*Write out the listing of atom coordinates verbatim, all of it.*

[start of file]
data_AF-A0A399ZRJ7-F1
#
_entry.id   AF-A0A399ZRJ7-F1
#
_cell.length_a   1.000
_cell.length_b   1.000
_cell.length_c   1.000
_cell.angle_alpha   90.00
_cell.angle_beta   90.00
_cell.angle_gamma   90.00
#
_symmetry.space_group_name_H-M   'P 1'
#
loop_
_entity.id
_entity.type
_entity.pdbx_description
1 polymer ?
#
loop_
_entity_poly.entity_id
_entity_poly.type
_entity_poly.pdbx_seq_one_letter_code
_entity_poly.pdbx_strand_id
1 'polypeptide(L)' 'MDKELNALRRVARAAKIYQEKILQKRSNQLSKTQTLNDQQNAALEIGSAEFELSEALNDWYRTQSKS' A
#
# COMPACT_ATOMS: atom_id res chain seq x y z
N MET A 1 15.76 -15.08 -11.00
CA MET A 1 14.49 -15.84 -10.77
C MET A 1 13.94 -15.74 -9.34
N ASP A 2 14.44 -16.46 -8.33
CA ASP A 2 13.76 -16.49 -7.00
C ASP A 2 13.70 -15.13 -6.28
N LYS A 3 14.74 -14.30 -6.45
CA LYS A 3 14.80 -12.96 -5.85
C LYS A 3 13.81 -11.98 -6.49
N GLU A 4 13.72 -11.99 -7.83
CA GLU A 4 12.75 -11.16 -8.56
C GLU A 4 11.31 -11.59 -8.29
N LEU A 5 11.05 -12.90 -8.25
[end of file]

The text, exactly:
data_AF-A0A399ZRJ7-F1
#
_entry.id   AF-A0A399ZRJ7-F1
#
_cell.length_a   1.000
_cell.length_b   1.000
_cell.length_c   1.000
_cell.angle_alpha   90.00
_cell.angle_beta   90.00
_cell.angle_gamma   90.00
#
_symmetry.space_group_name_H-M   'P 1'
#
loop_
_entity.id
_entity.type
_entity.pdbx_description
1 polymer ?
#
loop_
_entity_poly.entity_id
_entity_poly.type
_entity_poly.pdbx_seq_one_letter_code
_entity_poly.pdbx_strand_id
1 'polypeptide(L)' 'MDKELNALRRVARAAKIYQEKILQKRSNQLSKTQTLNDQQNAALEIGSAEFELSEALNDWYRTQSKS' A
#
# COMPACT_ATOMS: atom_id res chain seq x y z
N MET A 1 15.76 -15.08 -11.00
CA MET A 1 14.49 -15.84 -10.77
C MET A 1 13.94 -15.74 -9.34
N ASP A 2 14.44 -16.46 -8.33
CA ASP A 2 13.76 -16.49 -7.00
C ASP A 2 13.70 -15.13 -6.28
N LYS A 3 14.74 -14.30 -6.45
CA LYS A 3 14.80 -12.96 -5.85
C LYS A 3 13.81 -11.98 -6.49
N GLU A 4 13.72 -11.99 -7.83
CA GLU A 4 12.75 -11.16 -8.56
C GLU A 4 11.31 -11.59 -8.29
N LEU A 5 11.05 -12.90 -8.25